I shouldn’t underestimate my abilities

“I was in my 40s, a well-educated stay-at-home mom, when my husband was fired and our lives flipped upside down. I turned to my sister, a corporate executive who retired when she was 40 and started racing cars because she was bored, hoping she would tell me what to do, as I was clueless about personal finance. Instead, she pulled my ostrich head out of the sand and made me face reality.

“I would have done whatever she told me, but instead she started bombarding me with questions asking ‘Why?’ to almost every statement I made. I soon realized that I was wrong when I initially thought I didn’t have the ability to figure out finance. I was intimidated by the terminology and created roadblocks in my own mind, but over the course of three months, I learned to take control of my money—and my life—instead of it controlling me. Along this journey, I learned many things including ignorance is not bliss. Ignorance is expensive. Not only in terms of money, but in terms of values and priorities that get misplaced or forgotten. I also learned that if I wasn’t comfortable with financial matters, I wouldn’t be able to educate my daughters, and I want them to be better prepared to face their financial future than I had been.”  –Tina P., Sugar Land, Texas

I will fight for myself

“On July 19, 2000, at 4:17 a.m., a man broke into my home and tried to take my life. I was sound asleep but had woken up to use the restroom, where I found him standing in the doorway. My first thought was ‘stranger danger,’ a leftover from when I was in grade school 30 years ago. But that thought was hardly complete before he attacked me. Although I was confused, it became very clear very fast that I was fighting for my life. I was screaming and woke up the upstairs neighbors, causing the attacker to hear their footsteps on the floor above. Just as he was ready to strike again, he ran out the door and was never caught.

“Like many women, I had never taken a self-defense course in my life. I knew it would be a smart thing to do, but I always found an excuse not to. The truth was, I was scared. Before I was attacked, I had this suspicion that I wouldn’t fight back or defend myself. The attack taught me that the will to survive is much greater than we realize. I started training the Japanese art of Ninpo Tai Jitsu (Ninjitsu) with the intention of just learning a few moves, but I stayed with my teacher for eight years, and out of sheer perseverance, became the first woman in his 25 years of teaching to reach instructor level. Traditional self-defense courses are often taught by men, are fear-based, and focus on women’s weaknesses and vulnerabilities. As women, we are well aware of our weaknesses and vulnerabilities. We need to focus on what we physically have in our favor—and we have a lot! I strongly believe we learn just as easily whether we’re laughing or crying, so why make self defense scary? If it’s fun, you’ll come, you’ll learn, and you’ll stick with it.” –Susie K., Berlin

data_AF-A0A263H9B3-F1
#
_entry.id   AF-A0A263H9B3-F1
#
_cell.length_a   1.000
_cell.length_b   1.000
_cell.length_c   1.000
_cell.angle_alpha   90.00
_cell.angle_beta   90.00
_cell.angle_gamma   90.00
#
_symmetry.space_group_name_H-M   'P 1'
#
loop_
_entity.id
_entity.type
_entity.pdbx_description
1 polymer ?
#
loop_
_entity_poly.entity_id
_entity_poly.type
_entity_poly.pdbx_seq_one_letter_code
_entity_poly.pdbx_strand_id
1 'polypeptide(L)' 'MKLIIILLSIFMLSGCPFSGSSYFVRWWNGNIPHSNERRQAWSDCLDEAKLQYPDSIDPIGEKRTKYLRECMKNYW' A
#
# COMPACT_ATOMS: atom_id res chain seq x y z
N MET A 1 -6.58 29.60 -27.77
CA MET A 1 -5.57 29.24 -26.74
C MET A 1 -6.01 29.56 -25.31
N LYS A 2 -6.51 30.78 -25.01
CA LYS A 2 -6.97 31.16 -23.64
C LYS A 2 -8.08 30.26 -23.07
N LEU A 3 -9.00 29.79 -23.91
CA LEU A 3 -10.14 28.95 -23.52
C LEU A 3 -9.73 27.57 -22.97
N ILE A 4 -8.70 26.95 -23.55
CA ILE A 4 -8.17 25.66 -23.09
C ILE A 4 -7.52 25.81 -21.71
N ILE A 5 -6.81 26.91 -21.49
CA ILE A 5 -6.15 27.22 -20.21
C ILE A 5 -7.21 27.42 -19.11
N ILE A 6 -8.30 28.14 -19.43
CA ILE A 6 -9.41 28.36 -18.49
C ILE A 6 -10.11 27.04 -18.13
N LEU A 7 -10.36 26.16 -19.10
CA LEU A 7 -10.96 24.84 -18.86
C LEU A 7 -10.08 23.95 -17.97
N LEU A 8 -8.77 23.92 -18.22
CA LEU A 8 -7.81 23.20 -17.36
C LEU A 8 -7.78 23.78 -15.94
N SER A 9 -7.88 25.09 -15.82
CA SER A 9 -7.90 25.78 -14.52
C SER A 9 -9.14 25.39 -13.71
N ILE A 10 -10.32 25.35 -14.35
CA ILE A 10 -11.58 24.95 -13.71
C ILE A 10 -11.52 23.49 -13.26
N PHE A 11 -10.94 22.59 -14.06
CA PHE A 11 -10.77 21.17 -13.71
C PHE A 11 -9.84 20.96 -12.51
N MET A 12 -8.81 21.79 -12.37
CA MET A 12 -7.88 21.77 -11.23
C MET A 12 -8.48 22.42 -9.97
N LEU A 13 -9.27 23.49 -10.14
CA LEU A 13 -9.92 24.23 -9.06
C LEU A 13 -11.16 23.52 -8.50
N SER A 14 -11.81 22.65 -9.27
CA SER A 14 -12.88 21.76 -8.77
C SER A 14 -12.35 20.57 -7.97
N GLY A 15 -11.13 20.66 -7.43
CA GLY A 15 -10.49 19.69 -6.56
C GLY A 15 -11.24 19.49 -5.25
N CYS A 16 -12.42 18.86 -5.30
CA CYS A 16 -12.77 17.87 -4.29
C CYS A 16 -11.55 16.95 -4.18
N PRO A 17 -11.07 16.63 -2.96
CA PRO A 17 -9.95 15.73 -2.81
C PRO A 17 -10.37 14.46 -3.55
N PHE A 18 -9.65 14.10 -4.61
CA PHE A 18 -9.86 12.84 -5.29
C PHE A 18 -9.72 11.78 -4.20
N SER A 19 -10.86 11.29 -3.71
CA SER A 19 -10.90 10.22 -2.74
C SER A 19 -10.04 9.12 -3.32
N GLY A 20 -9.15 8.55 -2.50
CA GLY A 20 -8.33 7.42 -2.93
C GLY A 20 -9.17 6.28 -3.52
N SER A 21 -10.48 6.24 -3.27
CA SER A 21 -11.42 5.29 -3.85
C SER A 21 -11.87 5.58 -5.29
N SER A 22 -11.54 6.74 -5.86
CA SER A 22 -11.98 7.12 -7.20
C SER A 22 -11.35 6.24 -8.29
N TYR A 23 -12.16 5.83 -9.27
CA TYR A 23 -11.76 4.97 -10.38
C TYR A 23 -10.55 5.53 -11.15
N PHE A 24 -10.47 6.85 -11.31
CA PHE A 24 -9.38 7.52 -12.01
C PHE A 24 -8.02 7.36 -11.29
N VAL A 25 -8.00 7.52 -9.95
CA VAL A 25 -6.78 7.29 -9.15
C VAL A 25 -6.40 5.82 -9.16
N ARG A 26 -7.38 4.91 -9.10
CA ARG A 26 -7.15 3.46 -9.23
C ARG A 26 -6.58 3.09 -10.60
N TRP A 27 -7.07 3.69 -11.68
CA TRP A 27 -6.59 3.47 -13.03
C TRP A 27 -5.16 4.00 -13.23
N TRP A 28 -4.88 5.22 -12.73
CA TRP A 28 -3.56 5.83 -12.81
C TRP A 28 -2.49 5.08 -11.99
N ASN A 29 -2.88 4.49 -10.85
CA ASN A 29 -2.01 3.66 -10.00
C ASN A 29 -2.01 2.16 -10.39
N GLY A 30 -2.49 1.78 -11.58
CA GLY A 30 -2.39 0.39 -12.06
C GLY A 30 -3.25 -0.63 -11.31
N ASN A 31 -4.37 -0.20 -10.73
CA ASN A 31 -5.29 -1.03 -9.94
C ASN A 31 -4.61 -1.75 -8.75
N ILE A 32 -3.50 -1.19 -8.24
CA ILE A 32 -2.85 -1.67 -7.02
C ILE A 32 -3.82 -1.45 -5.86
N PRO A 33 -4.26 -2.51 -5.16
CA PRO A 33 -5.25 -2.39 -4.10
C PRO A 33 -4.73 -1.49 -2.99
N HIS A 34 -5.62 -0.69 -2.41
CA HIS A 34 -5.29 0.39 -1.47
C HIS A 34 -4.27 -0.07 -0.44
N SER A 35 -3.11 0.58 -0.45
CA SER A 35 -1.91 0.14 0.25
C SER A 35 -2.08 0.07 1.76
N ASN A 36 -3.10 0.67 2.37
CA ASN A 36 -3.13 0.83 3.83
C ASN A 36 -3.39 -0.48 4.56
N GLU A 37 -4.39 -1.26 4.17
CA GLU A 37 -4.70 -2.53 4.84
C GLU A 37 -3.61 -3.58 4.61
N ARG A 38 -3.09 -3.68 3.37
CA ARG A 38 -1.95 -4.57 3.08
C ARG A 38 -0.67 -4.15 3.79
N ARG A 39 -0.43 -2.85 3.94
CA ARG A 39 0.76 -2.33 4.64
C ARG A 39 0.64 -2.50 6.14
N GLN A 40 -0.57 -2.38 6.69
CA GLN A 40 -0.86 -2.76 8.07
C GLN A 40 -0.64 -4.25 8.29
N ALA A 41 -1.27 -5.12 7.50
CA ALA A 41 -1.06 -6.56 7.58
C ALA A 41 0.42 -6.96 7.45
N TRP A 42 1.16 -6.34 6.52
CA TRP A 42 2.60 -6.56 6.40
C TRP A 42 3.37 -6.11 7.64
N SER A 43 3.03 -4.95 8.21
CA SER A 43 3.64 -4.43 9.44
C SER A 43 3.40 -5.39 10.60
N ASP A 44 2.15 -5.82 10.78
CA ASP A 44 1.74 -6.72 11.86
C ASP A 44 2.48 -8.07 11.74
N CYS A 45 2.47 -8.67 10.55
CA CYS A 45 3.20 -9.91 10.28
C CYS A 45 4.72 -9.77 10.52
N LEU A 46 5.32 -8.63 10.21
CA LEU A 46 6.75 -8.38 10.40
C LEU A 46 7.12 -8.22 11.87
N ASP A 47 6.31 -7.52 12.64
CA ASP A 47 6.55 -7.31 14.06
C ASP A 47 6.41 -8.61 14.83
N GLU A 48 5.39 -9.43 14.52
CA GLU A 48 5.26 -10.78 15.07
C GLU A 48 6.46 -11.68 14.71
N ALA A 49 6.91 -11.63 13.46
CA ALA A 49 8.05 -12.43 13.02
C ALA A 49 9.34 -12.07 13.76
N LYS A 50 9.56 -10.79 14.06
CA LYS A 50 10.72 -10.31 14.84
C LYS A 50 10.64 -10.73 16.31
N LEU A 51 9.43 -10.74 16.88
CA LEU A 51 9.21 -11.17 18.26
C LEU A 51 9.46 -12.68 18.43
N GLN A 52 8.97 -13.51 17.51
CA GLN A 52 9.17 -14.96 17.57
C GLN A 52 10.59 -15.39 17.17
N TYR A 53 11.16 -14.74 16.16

Love conquers all emotions

“My husband of 25 years had just planted the softest, most lovely kiss on me at our 25th anniversary vow renewal, but one month later he met someone who avidly tried to steal his heart. I did not find out until months later, and when I did, I was beyond devastated. I could not eat, cried every day, hid the truth from my children, and had no idea if we would stay together or if this would lead to an ugly divorce. What I learned from the experience is that when I was in the eye of the storm,  I wasn’t able to see a way out. I needed faith in a higher power and all the strength I never thought I was capable of, but if I found love once, I could find it again. I did not know if I had the capacity to forgive and start fresh, but I did. No, we did. Now, five years later, we are stronger than we have ever been and are about to celebrate our 30-year wedding anniversary. I can still get melancholy when a song comes on the radio, or I see a woman in the grocery store that looks like her, but I can also move forward. I can look into my husband’s eyes and see the twinkle he had when we were young and know that he truly is the one for me. –Stacey G., Cleveland, Ohio